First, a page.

Between 1350 and 1360 Ortolf von Trier, a knight of the Teutonic Order and the Komtur of Elbląg, founded a fort in Galindia, probably near an Old Prussian settlement. The first mentioning of the fort was a document from 24 September 1360, after Ortolf invited Masoviancolonists, among whom the settlement became known as Szczytno. The first custodian of the settlement was Heinrich Murer. In 1370 the wooden fort was destroyed byLithuanians led by Kęstutis, after which it was rebuilt using stone. The name Ortulfsburg gradually changed into Ortelsburg. The settlement grew in size owing to its location on a trade route from Warsaw to Königsberg (now Kaliningrad).
The castle was occupied by Polish troops during the Thirteen Years' War. With its inclusion in the Duchy of Prussia in 1525, it lost its importance as a border fortress and began to decline. Margrave and regent George Frederick (1577–1603), who enjoyed hunting nearby, began the redevelopment of the area. Among his projects was the rebuilding of the castle into a hunting lodge.
Ortelsburg became the seat of Landkreis Ortelsburg, one of the largest in East Prussia, in 1818 after Prussian administrative reforms, with Ritter von Berg chosen as the first district administrator. It was almost completely destroyed on 30 August 1914 at the beginning of World War I by troops of the Russian Empire, with 160 houses and 321 commercial buildings burning down.References:
The Church of the Savior on Spilled Blood is one of the main sights of St. Petersburg. The church was built on the site where Tsar Alexander II was assassinated and was dedicated in his memory. Construction began in 1883 under Alexander III, as a memorial to his father, Alexander II. Work progressed slowly and was finally completed during the reign of Nicholas II in 1907. Funding was provided by the Imperial family with the support of many private donors.
Architecturally, the Cathedral differs from St. Petersburg's other structures. The city's architecture is predominantly Baroque and Neoclassical, but the Savior on Blood harks back to medieval Russian architecture in the spirit of romantic nationalism. It intentionally resembles the 17th-century Yaroslavl churches and the celebrated St. Basil's Cathedral in Moscow.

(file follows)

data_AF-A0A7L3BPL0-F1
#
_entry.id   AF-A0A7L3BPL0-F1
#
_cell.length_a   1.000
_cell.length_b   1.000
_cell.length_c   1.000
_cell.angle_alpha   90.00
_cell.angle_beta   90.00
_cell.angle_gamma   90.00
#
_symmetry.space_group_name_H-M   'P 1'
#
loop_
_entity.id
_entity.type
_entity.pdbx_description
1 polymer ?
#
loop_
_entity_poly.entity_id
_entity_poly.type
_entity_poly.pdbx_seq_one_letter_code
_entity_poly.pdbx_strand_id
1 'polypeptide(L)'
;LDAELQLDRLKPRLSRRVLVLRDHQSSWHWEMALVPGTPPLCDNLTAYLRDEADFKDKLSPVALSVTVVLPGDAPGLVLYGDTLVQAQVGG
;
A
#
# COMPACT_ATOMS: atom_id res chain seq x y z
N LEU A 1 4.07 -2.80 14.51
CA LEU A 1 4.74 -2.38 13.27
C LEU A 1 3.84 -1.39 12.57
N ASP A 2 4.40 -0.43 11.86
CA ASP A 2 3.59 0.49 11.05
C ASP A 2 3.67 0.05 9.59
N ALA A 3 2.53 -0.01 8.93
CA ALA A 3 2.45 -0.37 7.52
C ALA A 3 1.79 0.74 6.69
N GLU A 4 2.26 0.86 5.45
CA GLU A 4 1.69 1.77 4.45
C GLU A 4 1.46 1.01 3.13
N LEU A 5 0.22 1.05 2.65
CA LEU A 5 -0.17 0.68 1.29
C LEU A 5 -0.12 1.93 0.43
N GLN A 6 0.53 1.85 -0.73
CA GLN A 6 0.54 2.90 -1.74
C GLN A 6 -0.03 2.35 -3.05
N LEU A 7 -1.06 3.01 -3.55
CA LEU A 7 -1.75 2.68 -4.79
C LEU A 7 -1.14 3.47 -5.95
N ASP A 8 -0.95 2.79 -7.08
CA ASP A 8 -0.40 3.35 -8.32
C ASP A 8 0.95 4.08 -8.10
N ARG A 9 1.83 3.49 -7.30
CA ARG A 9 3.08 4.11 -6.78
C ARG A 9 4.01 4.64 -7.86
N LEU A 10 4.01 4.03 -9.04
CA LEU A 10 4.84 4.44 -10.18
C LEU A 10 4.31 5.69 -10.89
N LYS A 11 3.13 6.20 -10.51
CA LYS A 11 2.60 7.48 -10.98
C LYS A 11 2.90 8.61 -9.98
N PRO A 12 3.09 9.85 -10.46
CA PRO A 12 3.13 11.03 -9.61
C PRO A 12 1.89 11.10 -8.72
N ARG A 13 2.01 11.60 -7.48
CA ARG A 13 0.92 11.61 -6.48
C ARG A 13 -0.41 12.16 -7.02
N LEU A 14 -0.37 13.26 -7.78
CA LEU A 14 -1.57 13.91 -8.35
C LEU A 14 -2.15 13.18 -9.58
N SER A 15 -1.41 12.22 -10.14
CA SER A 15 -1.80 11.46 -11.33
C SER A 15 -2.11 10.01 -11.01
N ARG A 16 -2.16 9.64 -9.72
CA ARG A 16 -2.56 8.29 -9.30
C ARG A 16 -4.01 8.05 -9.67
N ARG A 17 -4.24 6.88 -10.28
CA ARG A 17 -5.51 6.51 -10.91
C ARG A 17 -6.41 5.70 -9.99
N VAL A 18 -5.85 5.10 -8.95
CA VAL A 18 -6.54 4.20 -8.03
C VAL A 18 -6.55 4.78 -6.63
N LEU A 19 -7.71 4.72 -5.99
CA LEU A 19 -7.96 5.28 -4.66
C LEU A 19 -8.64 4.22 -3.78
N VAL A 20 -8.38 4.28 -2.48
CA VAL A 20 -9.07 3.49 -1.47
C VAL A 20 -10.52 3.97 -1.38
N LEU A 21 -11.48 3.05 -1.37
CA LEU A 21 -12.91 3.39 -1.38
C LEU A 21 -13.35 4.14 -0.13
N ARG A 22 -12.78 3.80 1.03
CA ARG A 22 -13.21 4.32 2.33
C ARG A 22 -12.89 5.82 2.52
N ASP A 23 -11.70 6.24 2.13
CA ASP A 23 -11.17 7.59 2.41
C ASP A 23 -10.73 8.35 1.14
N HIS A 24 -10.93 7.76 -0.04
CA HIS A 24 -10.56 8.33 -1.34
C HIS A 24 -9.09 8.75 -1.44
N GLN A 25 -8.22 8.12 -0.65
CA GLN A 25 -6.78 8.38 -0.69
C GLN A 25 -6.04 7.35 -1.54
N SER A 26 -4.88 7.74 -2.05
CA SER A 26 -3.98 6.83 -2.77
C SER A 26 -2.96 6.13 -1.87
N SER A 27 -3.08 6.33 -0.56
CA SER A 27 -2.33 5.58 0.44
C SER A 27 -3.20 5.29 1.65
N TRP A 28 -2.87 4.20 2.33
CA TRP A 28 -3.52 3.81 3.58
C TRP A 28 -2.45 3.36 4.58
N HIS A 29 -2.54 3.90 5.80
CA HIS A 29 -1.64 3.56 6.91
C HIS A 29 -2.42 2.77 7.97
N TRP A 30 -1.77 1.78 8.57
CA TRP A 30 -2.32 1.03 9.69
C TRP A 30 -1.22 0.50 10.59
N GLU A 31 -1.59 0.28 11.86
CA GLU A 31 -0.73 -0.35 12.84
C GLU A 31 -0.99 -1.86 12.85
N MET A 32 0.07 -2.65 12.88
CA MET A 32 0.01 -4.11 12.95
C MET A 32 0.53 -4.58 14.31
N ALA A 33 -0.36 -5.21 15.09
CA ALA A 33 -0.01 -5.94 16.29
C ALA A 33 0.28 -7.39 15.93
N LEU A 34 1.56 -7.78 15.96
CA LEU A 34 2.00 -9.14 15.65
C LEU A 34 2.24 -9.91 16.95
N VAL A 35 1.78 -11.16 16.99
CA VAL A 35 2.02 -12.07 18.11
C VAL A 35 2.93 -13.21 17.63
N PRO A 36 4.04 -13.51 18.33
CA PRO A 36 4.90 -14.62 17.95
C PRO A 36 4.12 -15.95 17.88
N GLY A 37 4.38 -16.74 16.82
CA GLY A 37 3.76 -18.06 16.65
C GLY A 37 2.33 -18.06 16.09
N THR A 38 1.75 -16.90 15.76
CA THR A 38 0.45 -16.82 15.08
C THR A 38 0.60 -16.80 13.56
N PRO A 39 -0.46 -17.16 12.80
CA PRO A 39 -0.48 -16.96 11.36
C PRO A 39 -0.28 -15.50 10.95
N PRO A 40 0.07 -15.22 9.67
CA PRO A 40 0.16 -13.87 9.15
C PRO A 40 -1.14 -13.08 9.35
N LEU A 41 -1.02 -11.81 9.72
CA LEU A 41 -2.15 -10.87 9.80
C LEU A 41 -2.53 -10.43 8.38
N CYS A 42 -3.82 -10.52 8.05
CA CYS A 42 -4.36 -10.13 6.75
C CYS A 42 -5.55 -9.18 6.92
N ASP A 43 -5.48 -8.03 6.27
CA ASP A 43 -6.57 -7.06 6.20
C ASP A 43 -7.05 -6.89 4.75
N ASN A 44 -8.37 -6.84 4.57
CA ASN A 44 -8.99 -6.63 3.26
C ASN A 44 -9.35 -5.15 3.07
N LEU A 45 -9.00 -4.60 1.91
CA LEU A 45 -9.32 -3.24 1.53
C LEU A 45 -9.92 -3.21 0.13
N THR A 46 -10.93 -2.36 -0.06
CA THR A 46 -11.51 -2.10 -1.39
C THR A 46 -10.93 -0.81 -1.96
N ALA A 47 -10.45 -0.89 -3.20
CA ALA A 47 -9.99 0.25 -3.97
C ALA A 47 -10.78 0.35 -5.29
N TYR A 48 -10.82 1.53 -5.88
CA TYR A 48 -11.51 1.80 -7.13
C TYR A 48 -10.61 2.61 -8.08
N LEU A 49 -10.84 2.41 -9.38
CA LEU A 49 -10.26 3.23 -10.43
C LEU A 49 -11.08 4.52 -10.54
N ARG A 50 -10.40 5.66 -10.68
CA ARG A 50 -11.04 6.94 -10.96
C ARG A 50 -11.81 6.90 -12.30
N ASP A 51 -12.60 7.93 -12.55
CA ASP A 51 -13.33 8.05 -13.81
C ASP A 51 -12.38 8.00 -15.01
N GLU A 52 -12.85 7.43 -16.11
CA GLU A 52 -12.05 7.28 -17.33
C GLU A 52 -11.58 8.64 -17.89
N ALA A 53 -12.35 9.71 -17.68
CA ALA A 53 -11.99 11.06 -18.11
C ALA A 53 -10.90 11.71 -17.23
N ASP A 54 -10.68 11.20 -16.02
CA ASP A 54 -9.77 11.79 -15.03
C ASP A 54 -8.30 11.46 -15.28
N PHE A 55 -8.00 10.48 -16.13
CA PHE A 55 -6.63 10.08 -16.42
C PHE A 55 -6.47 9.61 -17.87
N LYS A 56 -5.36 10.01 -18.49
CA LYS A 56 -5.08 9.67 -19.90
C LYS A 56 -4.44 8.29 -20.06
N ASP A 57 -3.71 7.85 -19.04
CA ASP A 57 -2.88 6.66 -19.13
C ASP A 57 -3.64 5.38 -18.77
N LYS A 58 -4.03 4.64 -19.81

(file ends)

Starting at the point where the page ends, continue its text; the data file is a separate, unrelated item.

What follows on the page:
The Church contains over 7500 square metres of mosaics — according to its restorers, more than any other church in the world. The interior was designed by some of the most celebrated Russian artists of the day — including Viktor Vasnetsov, Mikhail Nesterov and Mikhail Vrubel — but the church's chief architect, Alfred Alexandrovich Parland, was relatively little-known (born in St. Petersburg in 1842 in a Baltic-German Lutheran family). Perhaps not surprisingly, the Church's construction ran well over budget, having been estimated at 3.6 million roubles but ending up costing over 4.6 million. The walls and ceilings inside the Church are completely covered in intricately detailed mosaics — the main pictures being biblical scenes or figures — but with very fine patterned borders setting off each picture.
In the aftermath of the Russian Revolution, the church was ransacked and looted, badly damaging its interior. The Soviet government closed the church in the early 1930s. During the Second World War when many people were starving due to the Siege of Leningrad by Nazi German military forces, the church was used as a temporary morgue for those who died in combat and from starvation and illness. The church suffered significant damage. After the war, it was used as a warehouse for vegetables, leading to the sardonic name of Saviour on Potatoes.
In July 1970, management of the Church passed to Saint Isaac's Cathedral (then used as a highly profitable museum) and proceeds from the Cathedral were funneled back into restoring the Church. It was reopened in August 1997, after 27 years of restoration, but has not been reconsecrated and does not function as a full-time place of worship; it is a Museum of Mosaics. Even before the Revolution it never functioned as a public place of worship; having been dedicated exclusively to the memory of the assassinated tsar, the only services were panikhidas (memorial services). The Church is now one of the main tourist attractions in St. Petersburg.